>>> N=600
>>> T=1.0/800.0
>>> x=np.linspace(0.0,N*T,N)
>>> y=numpy.sin(50.0*2.0*numpy.pi*x)+0.5*numpy.sin(80.0*2.0*numpy.pi*x)
>>> yf=fft(y)
>>> xf=numpy.linspace(0.0,1.0/(2.0*T),N//2)
>>> import matplotlib.pyplot as plt
>>> plt.plot(xf, 2.0/N * numpy.abs(yf[0:N//2]))```

Output

[<matplotlib.lines.Line2D at 0x7fbb78d65210>]

```>>> plt.grid()
>>> plt.show()```

SciPy Tutorial – Fast Fourier Transforms

### Special Functions of SciPy

The special module holds various transcendental functions that will help us with multiple tasks in mathematics.

To import it, use the following command-

`>>> from scipy import special`

We make use of the various functions:

SciPy Tutorial – Special Functions of SciPy

#### 1. ERF

This function calculates the area under a Gaussean curve. We use the erf() function.

#### 2. Gamma

This calculates the Gamma. The function for this is gamma().

#### 3. Gammaln

This calculates the log of Gamma. We use the function gammaln().

#### 4. eppilj

The elliptic function we have is eppilj().

#### 5. jn

This is the Nth order Bessel function.

### Processing Signals with SciPy

SciPy will also help you with signal processing. Letâ€™s take an example.

SciPy Tutorial – Processing Signals with SciPy

#### 1. Using FFT to resample

We can resample a function to n points in a time domain interval. We can use the function resample() for this.

```>>> t=numpy.linspace(-10,10,200)
>>> y=numpy.sin(t)
>>> from scipy import signal
>>> signal.resample(y,100)```

Output

array([ 0.25070765, 0.44580125, 0.12797317, 0.00253488, -0.24973473,
-0.39831149, -0.60510157, -0.72607055, -0.8701493 , -0.9336745 ,
-0.99979334, -0.98973944, -0.97222903, -0.88612051, -0.79126725,
-0.63978568, -0.48541023, -0.29029666, -0.10319111, 0.10642378,
0.29461537, 0.48697311, 0.64470867, 0.79055976, 0.89136943,
#More output here

#### 2. Removing Linear Trends

The detrend() function will remove the linear element from the signal; this gives us a transient solution.

```>>> t=numpy.linspace(-10,10,200)
>>> y=numpy.sin(t)+t
>>> signal.detrend(y)```

Output

array([ 0.76761293, 0.67843367, 0.58464135, 0.48715987, 0.38695036,
0.28500148, 0.18231944, 0.07991785, -0.02119249, -0.12001383,
-0.21557153, -0.30692387, -0.39317157, -0.47346689, -0.54702214,
-0.61311766, -0.67110907, -0.7204338 , -0.76061672, -0.79127497,
-0.81212183, -0.82296958, -0.82373141, -0.81442233, -0.79515896,
#More output here

### Processing Images with SciPy

With SciPy, you can use ndimage to process images.

Some of the possible transitions are opening and closing images, geometrical transformation(shape, resolution, orientation), image filtering, and filters like erosion and dilation.

You can import it as:

```>>> from scipy import ndimage
```

Letâ€™s look at some functions we have:

#### 1. Shift

This function will shift the image along the x and y coordinates. The function is shift(image,(x,y)).

#### 2. Rotate

When you want to rotate your image to an angle, use the rotate(image, angle) function.

#### 3. Zoom

With zoom(image, magnitude), you can zoom in or out on an image.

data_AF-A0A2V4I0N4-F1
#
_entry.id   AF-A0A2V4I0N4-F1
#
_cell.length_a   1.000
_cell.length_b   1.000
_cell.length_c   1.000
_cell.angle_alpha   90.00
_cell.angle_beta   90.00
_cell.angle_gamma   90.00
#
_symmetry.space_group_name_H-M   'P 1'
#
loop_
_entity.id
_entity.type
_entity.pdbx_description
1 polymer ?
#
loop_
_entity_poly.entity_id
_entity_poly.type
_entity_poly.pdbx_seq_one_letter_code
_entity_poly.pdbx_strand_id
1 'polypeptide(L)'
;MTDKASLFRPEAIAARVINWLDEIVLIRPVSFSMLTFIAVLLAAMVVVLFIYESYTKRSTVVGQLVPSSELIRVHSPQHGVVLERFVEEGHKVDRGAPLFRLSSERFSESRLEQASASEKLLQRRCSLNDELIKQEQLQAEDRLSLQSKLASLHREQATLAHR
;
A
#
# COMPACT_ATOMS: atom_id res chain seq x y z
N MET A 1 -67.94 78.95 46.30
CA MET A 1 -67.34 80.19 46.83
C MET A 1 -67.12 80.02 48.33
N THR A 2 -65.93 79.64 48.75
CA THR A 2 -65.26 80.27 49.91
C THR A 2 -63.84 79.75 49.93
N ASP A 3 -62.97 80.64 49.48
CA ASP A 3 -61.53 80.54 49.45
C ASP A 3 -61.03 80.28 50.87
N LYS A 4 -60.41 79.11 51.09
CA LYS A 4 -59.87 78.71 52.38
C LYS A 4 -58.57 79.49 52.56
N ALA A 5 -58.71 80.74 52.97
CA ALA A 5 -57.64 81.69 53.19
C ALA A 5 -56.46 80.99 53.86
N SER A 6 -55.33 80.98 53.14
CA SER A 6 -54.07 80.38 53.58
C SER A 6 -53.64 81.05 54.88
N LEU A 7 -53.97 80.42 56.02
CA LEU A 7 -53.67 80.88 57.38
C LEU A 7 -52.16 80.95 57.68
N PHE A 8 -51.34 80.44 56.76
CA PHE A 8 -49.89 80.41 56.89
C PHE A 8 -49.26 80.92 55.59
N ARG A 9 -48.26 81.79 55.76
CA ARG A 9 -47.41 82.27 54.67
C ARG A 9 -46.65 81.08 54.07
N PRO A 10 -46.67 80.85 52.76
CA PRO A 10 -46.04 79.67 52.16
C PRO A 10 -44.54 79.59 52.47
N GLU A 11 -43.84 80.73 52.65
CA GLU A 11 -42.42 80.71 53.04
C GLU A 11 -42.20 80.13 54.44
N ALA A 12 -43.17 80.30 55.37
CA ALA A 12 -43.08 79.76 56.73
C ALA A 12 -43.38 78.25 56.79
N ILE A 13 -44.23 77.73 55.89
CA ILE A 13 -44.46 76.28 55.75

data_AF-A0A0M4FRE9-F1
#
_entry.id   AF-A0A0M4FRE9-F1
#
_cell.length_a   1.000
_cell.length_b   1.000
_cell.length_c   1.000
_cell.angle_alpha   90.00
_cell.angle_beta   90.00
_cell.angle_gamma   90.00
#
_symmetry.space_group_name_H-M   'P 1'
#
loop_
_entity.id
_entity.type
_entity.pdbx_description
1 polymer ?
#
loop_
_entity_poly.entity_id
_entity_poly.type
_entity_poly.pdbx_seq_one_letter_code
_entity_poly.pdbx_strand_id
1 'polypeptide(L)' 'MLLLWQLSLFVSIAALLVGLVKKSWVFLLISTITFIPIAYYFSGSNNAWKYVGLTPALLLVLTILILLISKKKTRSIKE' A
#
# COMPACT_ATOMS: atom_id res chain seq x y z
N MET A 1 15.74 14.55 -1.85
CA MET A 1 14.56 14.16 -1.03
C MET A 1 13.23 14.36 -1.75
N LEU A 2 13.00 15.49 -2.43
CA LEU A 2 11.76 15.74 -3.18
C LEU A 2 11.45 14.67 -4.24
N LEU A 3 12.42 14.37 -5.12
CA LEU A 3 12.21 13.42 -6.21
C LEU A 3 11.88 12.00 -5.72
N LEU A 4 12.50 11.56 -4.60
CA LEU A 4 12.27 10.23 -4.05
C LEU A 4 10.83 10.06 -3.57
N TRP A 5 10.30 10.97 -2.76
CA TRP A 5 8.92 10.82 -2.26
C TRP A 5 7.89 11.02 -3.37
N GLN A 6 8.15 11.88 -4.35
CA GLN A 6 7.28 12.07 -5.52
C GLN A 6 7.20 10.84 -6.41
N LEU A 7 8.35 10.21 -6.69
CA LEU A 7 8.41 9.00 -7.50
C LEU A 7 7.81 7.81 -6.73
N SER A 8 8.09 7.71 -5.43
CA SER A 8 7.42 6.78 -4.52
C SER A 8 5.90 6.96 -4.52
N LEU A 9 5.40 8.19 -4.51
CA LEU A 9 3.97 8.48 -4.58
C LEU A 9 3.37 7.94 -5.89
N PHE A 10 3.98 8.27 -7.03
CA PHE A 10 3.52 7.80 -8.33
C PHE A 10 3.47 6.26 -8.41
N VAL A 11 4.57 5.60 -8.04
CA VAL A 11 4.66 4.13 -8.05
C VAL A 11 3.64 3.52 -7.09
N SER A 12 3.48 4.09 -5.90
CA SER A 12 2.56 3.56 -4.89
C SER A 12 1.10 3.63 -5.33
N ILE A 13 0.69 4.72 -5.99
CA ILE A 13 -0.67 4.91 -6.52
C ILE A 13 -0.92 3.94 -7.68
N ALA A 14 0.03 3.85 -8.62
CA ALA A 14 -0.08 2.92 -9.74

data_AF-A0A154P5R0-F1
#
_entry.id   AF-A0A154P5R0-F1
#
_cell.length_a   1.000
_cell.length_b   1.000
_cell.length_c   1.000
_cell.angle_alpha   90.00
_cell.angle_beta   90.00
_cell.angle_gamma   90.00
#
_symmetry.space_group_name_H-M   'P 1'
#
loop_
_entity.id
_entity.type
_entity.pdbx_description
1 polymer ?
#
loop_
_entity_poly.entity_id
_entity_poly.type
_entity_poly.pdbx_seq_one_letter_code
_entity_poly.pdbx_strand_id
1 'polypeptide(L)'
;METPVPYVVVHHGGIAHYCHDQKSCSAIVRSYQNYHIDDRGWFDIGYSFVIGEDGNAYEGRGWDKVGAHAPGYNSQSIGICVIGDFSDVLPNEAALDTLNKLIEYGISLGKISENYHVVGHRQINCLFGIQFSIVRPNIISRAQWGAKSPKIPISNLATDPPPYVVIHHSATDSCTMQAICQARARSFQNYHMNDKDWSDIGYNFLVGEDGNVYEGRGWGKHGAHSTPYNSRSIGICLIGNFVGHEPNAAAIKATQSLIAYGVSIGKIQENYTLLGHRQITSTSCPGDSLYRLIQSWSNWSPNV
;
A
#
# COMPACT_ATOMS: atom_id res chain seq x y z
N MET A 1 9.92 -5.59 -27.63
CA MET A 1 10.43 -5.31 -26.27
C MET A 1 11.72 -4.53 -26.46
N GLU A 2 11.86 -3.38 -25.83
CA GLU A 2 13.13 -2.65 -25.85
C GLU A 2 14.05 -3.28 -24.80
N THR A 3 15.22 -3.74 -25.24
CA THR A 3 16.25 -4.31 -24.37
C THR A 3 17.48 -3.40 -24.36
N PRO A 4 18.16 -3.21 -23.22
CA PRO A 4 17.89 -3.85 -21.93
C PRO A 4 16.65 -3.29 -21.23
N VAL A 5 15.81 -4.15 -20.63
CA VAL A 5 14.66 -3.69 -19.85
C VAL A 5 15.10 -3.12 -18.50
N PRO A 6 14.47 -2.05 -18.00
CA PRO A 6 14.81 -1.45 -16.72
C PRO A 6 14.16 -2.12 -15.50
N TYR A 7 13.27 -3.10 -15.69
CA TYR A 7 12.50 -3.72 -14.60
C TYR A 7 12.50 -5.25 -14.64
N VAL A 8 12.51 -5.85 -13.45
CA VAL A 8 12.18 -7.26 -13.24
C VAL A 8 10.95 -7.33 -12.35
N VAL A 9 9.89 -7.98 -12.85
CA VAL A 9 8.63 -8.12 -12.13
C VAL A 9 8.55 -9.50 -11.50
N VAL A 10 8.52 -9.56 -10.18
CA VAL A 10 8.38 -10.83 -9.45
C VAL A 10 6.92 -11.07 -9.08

#### 4. Median Filter

To filter an image with a Median filter, you can use median_filter(image, argument).

#### 5. Gaussian Filter

And to filter with a Gaussian filter, you use gaussian_filter(image, argument).

#### 6. Opening an Image in Binary

For this, you use the function binary_opening(image)

#### 7. Closing an Image

To close this image, make a call to binary_closing(opened_image)

#### 8. Binary Erosion

For this task, we use the function binary_erosion(image)

#### 9. Binary Dilation

And to perform dilation, call binary_dilation(image)

### Optimizing in SciPy

For algorithms that will optimize, we need the optimize package. Import it this way-

`>>> from scipy import optimize`

Letâ€™s take a demo piece of code to explain this.

```>>> from scipy.optimize import least_squares
>>> def func1(x):
Â  Â  Â  Â  Â  Â  Â return numpy.array([10 * (x[1] - x[0]**2), (1 - x[0])])
>>> input=numpy.array([2, 2])
>>> res=least_squares(func1, input)
>>> res```

Output

cost: 0.0
fun: array([ 0., 0.])
jac: array([[-20.00000015, 10. ],
[ -1. , 0. ]])
message: ‘`gtol` termination condition is satisfied.’
nfev: 4
njev: 4
optimality: 0.0
status: 1
success: True
x: array([ 1., 1.])

### Working with Stats sub-packages of SciPy

The stats subpackage lets us work with statistics. Letâ€™s take a few examples.
from scipy.stats import norm.

SciPy Tutorial – Working with Stats sub-packages of SciPy

#### 1. CDF Removing Linear Trends

`>>> norm.cdf(numpy.array([1,-1.,3,1,0,4,-6,2]))`

This function computes the cumulative distribution at the points we mention.

#### 2. PPF

For the Percent Point Function, we use the function ppf().

`>>> norm.ppf(0.5)`

Output

0.0
`>>> norm.ppf(2.3)`

Output

nan

#### 3. RVS

For a random variate sequence, use rvs().

```>>> norm.rvs(size=7)
```

Output

array([-1.42745064, -0.07120524, -0.88890304, 1.34584415, 1.24426647,
-1.57490259, 0.24552959])

#### 4. Binomial Distribution

For this, we use the cdf() function from uniform.

```>>> from scipy.stats import uniform
>>> uniform.cdf([0,1,2,3,4,5,6,7],loc=1,scale=3)```

Output

array([ 0. , 0. , 0.33333333, 0.66666667, 1. ,
1. , 1. , 1. ])

So, this was all Python SciPy Tutorial. Hope you like our explanation.

### Python Interview Questions on SciPy

1. What is SciPy in Python?
2. What is SciPy in Python used for?
3. How to import a SciPy module into Python?
4. What is SciPy optimize?
5. What is the difference between NumPy and SciPy in Python?

## Conclusion

Hence, in this SciPy tutorial, we studied introduction to Scipy with all its benefits and Installation process.

At last, we discussed several operations used by Python SciPy like Integration, Vectorizing Functions, Fast Fourier Transforms, Special Functions, Processing Signals, Processing Images, Optimize package in SciPy.

Your 15 seconds will encourage us to work even harder

### 4 Responses

1. rakesh kumar says:

instead of trying to teach everything, you could have gone into deeper details of any one thing or two thing so that whatever people read would have learnt. this scipy tutorial is a little disappointing for me.

2. Ron Deep says:

Nice review for numpy polynomials and scipy. Relatively hard to find scipy and panda to install on Python

• DataFlair Team says:

Hey Ron Deep,